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Answers to questions about epididymitis, knee braces, and apolipoprotein B

Q What is epididymitis, and what treatments are available for it?

A The epididymis is a coiled duct on the back of each testicle that serves as a reservoir for sperm while they mature and carries sperm from the testicle to the vas deferens. Epididymitis occurs when the epididymis becomes inflamed, usually as a result of a bacterial or viral infection. Symptoms include pain, pressure, or swelling in and around the affected testicle, a swollen or inflamed scrotum, pelvic pain, urinary symptoms (painful urination or increased urinary frequency), painful intercourse, blood in semen, and fever.

Epididymitis can occur in men of all ages. The condition may result from sexually transmitted infections or occur when bacteria from a urinary tract infection or prostatitis (prostate infection) migrate to the epididymis. Other potential contributors to epididymitis include infections resulting from urinary tract surgery, insertion of a catheter or scope into the urethra, and obstructive urinary disease caused by an anatomical abnormality in the urinary tract or benign prostate enlargement.

Treatment may entail the use of antibiotics (for bacterial causes), analgesic medications, ice packs, elevation of the scrotum, and bed rest to relieve discomfort. Less commonly, surgery may be necessary.

Q I have knee osteoarthritis, and I want to stay active. Should I wear a knee brace?

A Braces can support your knee and reduce excessive loading on an arthritic joint, but it's important to choose the brace that's right for you. For mild knee arthritis, you might try an off-the-shelf, sleeve-type brace made out of elastic rubber (neoprene) that warms and compresses the knee. For more severe arthritis, consider an unloader brace, a semi-rigid device made of plastic, foam, and hinged steel struts on each side to limit lateral movement.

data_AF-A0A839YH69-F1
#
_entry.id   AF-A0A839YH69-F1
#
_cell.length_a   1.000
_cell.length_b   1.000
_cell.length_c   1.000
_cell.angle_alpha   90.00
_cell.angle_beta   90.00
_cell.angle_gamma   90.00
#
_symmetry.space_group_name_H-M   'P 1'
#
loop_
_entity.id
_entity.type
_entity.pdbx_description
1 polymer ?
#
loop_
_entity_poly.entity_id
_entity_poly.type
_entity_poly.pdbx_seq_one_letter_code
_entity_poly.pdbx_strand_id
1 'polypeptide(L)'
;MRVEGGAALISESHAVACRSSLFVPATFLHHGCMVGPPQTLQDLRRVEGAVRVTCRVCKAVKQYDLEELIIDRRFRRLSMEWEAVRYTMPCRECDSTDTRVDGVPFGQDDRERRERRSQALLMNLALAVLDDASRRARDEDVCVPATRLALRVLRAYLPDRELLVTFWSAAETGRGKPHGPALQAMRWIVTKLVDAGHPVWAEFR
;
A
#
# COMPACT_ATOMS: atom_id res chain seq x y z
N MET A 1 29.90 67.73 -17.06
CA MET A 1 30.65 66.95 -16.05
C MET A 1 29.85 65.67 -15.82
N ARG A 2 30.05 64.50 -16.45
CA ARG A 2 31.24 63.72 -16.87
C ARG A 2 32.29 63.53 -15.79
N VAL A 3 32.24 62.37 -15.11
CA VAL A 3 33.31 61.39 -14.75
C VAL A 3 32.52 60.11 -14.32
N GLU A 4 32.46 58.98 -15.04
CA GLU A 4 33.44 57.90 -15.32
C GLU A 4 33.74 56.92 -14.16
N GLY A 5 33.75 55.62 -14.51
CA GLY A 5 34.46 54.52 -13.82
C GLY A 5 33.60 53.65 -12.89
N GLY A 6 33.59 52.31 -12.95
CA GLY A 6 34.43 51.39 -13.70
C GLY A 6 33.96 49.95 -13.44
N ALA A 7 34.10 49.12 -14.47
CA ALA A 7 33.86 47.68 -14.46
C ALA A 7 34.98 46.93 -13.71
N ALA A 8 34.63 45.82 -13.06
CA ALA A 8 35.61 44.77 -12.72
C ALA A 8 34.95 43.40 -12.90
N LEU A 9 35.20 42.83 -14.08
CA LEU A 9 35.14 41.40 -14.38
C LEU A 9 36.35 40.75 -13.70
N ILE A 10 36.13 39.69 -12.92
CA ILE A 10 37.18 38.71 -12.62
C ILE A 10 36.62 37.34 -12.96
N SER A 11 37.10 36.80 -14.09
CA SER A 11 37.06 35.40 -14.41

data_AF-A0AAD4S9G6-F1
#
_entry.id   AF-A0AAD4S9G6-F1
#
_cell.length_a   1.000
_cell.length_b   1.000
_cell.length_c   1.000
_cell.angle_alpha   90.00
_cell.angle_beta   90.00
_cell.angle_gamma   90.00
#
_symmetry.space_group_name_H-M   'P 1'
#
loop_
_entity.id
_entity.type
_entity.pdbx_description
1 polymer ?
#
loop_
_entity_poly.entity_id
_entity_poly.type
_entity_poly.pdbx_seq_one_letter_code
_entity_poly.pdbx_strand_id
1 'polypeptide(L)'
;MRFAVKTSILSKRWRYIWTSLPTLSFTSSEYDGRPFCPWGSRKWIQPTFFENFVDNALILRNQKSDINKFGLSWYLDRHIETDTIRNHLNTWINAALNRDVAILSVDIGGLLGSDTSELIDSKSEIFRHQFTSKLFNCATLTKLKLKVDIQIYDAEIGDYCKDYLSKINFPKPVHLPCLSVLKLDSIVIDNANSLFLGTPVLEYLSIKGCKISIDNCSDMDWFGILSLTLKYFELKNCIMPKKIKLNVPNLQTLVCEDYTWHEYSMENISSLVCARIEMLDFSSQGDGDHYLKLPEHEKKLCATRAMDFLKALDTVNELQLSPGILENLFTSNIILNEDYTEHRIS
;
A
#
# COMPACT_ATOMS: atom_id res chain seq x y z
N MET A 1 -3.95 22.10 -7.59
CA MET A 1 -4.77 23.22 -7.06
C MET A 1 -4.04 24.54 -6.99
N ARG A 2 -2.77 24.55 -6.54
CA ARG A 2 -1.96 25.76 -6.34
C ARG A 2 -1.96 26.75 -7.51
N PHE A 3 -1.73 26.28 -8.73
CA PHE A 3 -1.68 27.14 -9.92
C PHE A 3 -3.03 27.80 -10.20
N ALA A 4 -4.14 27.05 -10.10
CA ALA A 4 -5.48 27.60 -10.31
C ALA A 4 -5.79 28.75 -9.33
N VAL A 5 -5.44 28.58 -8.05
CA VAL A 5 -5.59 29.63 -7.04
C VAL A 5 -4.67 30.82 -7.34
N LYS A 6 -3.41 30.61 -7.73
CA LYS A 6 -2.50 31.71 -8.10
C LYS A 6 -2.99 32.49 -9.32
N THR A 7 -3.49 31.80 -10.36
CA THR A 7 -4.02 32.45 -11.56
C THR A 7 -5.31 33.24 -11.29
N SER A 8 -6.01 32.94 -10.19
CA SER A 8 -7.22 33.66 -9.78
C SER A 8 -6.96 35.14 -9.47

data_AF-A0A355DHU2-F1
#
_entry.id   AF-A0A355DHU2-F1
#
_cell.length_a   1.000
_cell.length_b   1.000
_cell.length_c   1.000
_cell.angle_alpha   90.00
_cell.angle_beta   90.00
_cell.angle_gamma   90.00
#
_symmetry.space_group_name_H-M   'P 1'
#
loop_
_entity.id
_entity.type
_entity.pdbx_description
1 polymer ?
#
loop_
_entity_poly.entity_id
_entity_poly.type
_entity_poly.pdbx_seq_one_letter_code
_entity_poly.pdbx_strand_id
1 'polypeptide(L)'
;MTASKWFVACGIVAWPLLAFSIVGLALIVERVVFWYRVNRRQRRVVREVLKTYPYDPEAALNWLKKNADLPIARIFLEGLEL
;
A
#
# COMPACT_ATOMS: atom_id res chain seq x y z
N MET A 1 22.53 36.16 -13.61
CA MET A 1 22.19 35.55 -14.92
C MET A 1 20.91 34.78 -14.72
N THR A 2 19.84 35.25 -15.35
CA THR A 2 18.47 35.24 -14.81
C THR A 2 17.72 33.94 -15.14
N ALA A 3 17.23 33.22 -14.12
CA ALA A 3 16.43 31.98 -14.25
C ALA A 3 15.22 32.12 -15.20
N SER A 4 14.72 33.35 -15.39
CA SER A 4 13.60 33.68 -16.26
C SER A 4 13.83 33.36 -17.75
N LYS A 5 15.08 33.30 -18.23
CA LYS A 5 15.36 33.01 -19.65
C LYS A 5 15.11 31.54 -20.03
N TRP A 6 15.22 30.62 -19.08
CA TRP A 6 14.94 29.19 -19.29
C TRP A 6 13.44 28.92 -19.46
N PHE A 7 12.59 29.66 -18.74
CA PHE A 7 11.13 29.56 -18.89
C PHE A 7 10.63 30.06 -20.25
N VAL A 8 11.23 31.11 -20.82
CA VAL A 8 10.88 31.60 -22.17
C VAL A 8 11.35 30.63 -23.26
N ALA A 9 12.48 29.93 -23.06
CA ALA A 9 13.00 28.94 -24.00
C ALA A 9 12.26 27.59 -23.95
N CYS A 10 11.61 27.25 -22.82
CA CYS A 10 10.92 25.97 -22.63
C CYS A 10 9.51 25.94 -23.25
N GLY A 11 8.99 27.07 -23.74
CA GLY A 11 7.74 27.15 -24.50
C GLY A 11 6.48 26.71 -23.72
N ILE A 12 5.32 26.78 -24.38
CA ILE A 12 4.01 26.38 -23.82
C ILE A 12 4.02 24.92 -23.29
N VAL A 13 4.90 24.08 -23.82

These custom-fit devices are designed to ease pain by keeping your knee aligned and transferring pressure from the inside part of the knee to the outside.

Talk to your doctor or an orthopaedic specialist about knee braces and which type is right for you, and use the brace in combination with other treatments, such as exercise, weight management, and medications. Also, don't wear the brace all the time, but only during activities that stress the knee joint. Overusing the brace can deny the muscles supporting your knee the workout they need to stay healthy.

Q What is apolipoprotein B, and what can it tell me about my cardiovascular risk?

A Apolipoprotein B (apo B) plays a role in lipid metabolism and is the primary protein found in low-density lipoprotein (LDL, "bad") cholesterol. Higher apo B levels correlate with elevated LDL levels and non-HDL cholesterol, and suggest a higher cardiovascular risk.

Testing for apo B may be ordered especially if you have a personal or family history of cardiovascular disease, as well as to evaluate abnormal lipid levels (particularly if you have high triglyceride levels) or further assess your residual risk if your LDL level is near goal. The test also may be used to monitor the effects of lifestyle changes and lipid-lowering therapy. Cleveland Clinic experts recommend an apo B goal of less than 100 mg/dl for people at low or intermediate cardiovascular risk and a goal of less than 80 mg/dl for high-risk patients, such as those with established cardiovascular disease or diabetes.

Your doctor also may order a test for apolipoprotein Al (apo Al), the chief protein in high-density lipoprotein (HDL, "good") cholesterol, and then calculate the ratio of apo B to apo Al. A higher ratio of apo B to apo Al suggests an increased cardiovascular risk.

Editor-in-Chief Richard S. Lang, M.D., M.P.H., EA.C.P

Vice Chairman, Cleveland Clinic Wellness Institute
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Author:Lang, Richard S.
Publication:Men's Health Advisor
Article Type:Interview
Date:Oct 26, 2017
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